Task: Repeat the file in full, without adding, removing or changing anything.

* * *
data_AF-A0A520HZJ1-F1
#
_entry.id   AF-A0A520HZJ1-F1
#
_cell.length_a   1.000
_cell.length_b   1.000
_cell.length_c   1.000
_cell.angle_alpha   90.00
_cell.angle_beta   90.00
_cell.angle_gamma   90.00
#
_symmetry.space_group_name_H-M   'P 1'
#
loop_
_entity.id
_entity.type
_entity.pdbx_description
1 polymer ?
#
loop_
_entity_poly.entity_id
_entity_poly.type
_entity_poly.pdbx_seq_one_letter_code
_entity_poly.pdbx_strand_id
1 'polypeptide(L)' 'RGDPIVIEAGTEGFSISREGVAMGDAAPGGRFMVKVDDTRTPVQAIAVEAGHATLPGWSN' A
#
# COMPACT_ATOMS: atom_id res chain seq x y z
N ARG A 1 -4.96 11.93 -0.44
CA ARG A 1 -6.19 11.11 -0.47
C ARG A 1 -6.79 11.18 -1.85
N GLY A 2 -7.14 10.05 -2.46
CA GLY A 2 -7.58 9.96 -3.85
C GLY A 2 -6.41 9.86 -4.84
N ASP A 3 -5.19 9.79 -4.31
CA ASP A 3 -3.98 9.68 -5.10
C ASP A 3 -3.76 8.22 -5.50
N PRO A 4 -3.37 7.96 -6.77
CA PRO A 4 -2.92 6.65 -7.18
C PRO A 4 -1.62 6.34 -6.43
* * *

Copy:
data_AF-A0A520HZJ1-F1
#
_entry.id   AF-A0A520HZJ1-F1
#
_cell.length_a   1.000
_cell.length_b   1.000
_cell.length_c   1.000
_cell.angle_alpha   90.00
_cell.angle_beta   90.00
_cell.angle_gamma   90.00
#
_symmetry.space_group_name_H-M   'P 1'
#
loop_
_entity.id
_entity.type
_entity.pdbx_description
1 polymer ?
#
loop_
_entity_poly.entity_id
_entity_poly.type
_entity_poly.pdbx_seq_one_letter_code
_entity_poly.pdbx_strand_id
1 'polypeptide(L)' 'RGDPIVIEAGTEGFSISREGVAMGDAAPGGRFMVKVDDTRTPVQAIAVEAGHATLPGWSN' A
#
# COMPACT_ATOMS: atom_id res chain seq x y z
N ARG A 1 -4.96 11.93 -0.44
CA ARG A 1 -6.19 11.11 -0.47
C ARG A 1 -6.79 11.18 -1.85
N GLY A 2 -7.14 10.05 -2.46
CA GLY A 2 -7.58 9.96 -3.85
C GLY A 2 -6.41 9.86 -4.84
N ASP A 3 -5.19 9.79 -4.31
CA ASP A 3 -3.98 9.68 -5.10
C ASP A 3 -3.76 8.22 -5.50
N PRO A 4 -3.37 7.96 -6.77
CA PRO A 4 -2.92 6.65 -7.18
C PRO A 4 -1.62 6.34 -6.43